“If you are not able to provide the subsistence we need to secure this deal, in the rights and interests of the United Kingdom, it is right that it was necessary to step down, ” May told Johnson in her received in response to his resignation letter .
In Parliament to defend her strategy Monday, May was savagely criticized by Labour leader Jeremy Corbyn, whose party is rapidly entering election mode
in the hopes that the government — which only has a one seat majority in parliament — will shortly breakdown .
“At such a crucial time for our country in these vital negotiations, we need a government that is capable of govern and negotiating for Britain, ” Corbyn said, to loud acceptance from the opponent benches. “For the good of this country and its people, the government needs to get its act together and do it quickly, and if it can’t, make way for those who can.”
May is in the bizarre situation of fending off assaults from Corbyn, utilizing him as the bogeyman to stave off Tory party rebels
, and potentially depending on his party for elections to pass any Brexit legislation .
The deal agreed at Chequers last week — which has yet to be put to the EU — represents a far softer vision of Brexit than many of the hardliners in May’s party have publicly pledged to pursue, setting the stage for a significant uprising from the Tory backbenches .
In an sentiment piece Monday
, Jacob Rees-Mogg, a resulting anti-EU figure promoted by some Conservatives as a future party leader, said if the Chequers deal was presented to Parliament “I will vote against( it ), and others may well do the same.”
“If they plan to get this bargain through on the back of Labour votes, that would be the most divisive thing that they can do, ” Rees-Mogg told the Guardian
after reports a senior May aide had briefed opponent MPs on her Brexit scheme .
While Labour has advocated a “soft Brexit” which retains many of the benefits of the EU — chiefly the customs union and single market — there is no insure Corbyn’s party would support May’s strategy when it could capitalize on a fractured government to leapfrog into power .
“Theresa May has enabled us to kicked the can down the road on a number of occasions, but now she has run out of road, ” Labour’s shadow Brexit secretary Keir Starmer wrote after Johnson’s abdication
“It is now day for the majority in parliament to be heard. It’s a majority that repudiates the extreme approach to Brexit advocated by some in the Tory party. The prime minister has shown she is incapable of negotiating a way forward. She should let parliament lead the way.”
As if attempting to balance negotiations with Tory rebels, opposition figures, and European ministers was not enough, May could also face a leadership challenge in the coming days or weeks .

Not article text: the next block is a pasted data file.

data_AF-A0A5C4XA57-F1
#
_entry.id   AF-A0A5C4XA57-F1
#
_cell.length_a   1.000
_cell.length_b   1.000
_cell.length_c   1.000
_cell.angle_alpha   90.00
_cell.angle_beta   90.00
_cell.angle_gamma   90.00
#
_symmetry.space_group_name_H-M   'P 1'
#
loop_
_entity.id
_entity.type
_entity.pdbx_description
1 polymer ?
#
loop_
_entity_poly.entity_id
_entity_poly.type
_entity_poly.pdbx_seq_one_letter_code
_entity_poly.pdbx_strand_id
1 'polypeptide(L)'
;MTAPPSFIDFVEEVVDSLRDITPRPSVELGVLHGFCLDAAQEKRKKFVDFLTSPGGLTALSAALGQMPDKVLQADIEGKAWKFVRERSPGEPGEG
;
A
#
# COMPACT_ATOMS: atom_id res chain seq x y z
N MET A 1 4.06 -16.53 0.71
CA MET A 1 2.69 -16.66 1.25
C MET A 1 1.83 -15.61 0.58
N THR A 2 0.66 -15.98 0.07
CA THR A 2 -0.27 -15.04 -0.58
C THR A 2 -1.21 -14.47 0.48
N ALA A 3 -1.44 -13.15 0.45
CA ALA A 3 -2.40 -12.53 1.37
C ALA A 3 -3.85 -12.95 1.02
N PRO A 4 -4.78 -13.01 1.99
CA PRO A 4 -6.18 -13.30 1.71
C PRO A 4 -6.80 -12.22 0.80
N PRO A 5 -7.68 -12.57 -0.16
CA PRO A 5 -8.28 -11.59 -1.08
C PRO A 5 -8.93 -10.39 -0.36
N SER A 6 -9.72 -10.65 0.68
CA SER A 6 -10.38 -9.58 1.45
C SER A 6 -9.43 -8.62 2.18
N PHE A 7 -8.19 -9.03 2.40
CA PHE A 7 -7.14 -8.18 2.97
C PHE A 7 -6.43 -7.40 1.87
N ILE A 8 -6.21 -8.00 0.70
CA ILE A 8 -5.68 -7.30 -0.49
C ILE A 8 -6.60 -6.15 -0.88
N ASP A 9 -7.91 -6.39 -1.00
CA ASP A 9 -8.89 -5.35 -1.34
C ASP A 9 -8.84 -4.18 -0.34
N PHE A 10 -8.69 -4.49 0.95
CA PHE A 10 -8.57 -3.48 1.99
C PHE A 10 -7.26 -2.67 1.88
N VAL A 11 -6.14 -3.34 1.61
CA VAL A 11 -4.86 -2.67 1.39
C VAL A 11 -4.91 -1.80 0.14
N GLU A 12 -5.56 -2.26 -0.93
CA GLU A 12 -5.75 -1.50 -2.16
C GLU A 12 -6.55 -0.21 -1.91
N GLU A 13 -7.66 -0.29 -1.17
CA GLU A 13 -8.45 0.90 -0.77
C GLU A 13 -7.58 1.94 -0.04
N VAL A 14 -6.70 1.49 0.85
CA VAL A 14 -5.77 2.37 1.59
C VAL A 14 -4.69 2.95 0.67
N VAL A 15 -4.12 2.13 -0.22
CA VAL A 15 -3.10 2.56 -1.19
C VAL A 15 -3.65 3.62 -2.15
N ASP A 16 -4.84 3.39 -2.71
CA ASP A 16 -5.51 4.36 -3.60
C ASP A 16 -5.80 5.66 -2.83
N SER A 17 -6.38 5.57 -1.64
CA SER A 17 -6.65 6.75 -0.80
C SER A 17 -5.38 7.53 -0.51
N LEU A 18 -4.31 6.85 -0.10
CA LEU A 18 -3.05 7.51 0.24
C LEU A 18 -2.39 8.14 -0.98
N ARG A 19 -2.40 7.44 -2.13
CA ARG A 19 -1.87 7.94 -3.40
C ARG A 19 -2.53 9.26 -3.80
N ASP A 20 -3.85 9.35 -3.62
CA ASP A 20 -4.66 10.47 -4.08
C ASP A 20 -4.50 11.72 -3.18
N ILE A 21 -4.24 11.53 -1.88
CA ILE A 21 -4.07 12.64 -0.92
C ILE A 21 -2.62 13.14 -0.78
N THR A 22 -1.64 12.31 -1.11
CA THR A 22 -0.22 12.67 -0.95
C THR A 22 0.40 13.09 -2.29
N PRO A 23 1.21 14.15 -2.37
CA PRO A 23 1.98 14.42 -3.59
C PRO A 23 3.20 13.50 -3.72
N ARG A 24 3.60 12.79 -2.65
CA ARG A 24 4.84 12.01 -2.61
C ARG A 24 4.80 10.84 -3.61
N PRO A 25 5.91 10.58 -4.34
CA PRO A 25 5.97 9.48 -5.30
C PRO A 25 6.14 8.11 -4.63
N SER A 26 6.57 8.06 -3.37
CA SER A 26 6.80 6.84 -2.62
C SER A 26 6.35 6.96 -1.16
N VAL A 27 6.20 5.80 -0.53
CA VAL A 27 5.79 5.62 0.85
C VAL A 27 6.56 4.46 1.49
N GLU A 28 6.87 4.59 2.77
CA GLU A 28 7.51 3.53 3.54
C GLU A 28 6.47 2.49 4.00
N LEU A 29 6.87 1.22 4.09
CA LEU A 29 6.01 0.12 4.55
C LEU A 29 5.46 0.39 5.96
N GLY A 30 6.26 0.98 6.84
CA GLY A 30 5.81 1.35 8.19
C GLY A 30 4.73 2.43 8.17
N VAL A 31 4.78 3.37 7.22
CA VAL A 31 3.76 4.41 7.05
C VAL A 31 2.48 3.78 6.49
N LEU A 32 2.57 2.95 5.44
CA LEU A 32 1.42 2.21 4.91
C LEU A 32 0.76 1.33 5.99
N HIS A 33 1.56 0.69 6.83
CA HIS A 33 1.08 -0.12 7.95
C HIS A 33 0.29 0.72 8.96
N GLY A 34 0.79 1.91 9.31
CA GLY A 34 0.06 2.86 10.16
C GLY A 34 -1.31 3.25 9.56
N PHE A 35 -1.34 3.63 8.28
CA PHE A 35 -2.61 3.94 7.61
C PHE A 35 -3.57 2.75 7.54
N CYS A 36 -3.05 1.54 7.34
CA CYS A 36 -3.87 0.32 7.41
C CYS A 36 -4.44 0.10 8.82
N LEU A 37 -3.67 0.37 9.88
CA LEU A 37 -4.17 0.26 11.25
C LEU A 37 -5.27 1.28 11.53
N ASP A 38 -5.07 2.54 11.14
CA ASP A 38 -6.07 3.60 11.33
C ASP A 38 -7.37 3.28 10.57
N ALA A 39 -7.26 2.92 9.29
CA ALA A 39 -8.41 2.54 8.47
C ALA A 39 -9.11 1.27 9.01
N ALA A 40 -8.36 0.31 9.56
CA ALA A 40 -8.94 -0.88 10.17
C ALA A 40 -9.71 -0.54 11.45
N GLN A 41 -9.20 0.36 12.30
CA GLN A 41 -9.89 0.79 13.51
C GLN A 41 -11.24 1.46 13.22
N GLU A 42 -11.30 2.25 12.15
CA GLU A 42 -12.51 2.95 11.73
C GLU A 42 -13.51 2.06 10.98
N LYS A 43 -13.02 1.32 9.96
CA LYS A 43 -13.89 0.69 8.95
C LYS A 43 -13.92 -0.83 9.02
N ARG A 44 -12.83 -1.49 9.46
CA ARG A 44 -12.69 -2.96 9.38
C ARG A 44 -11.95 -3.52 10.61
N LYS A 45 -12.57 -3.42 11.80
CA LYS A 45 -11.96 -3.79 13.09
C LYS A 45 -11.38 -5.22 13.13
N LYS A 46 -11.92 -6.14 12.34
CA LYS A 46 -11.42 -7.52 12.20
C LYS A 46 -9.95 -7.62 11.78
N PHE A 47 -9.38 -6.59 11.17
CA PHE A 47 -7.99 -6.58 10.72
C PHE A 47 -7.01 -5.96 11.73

Johnson invited photographers to witness him signing his abdication letter to May, earning him a prominent posture on the front page of the right wing Daily Telegraph, under the headline “The Brexit dreaming is dying.”
His theatrics will do nothing to quash distrusts that he hopes to replace May as leader, even as Rees-Mogg said
Johnson would make a “brilliant prime minister.”
A leadership challenge can be sparked by 48 MPs writing to the Conservative’s influential 1922 Committee, and while aides of May have been briefing the press that she is confident of fending off any such election, it is surely not something she enjoys .
The potential wild card in all of this is the Democratic Unionist Party, the group of hardline right wing Northern Irish MPs upon whom May depends for her parliamentary majority .
While the DUP are seen as supporters of a “soft Brexit, ” deputy leader Nigel Dodds sounded a warning
over the Chequers deal in Parliament Monday, telling his party would not subsistence any agreement with the EU that includes a so-called “backstop” clause on a hard Irish border .
All parties to Brexit negotiations have stated a wish to avoid a hard border between Northern Ireland and the Republic of Ireland, which currently have no boundaries thanks to EU free movement statutes, and in December May agreed that in the absence of any other solution, Northern Ireland would remain in “full alignment” with EU regulations
While negotiations regarding this issue are ongoing, the EU has insisted the UK agree to full alignment as a legally binding “backstop” clause to ensure there is never a hard border .
This is unacceptable to the DUP, who have vehemently repudiated the idea of special traffic arrangements in Northern Ireland, which they fear would create a border between the country and mainland Britain, emboldening Irish opposition parties who favor to intervene in the Republic .
“We greeted the Prime Minister’s commitment to ensuring that the Brexit deal in no way weakens the United Kingdom, but it is also vitally important that the EU’s interpretation of the backstop is repudiated and ensure there is no border down the Irish ocean, ” Dodd said this week .
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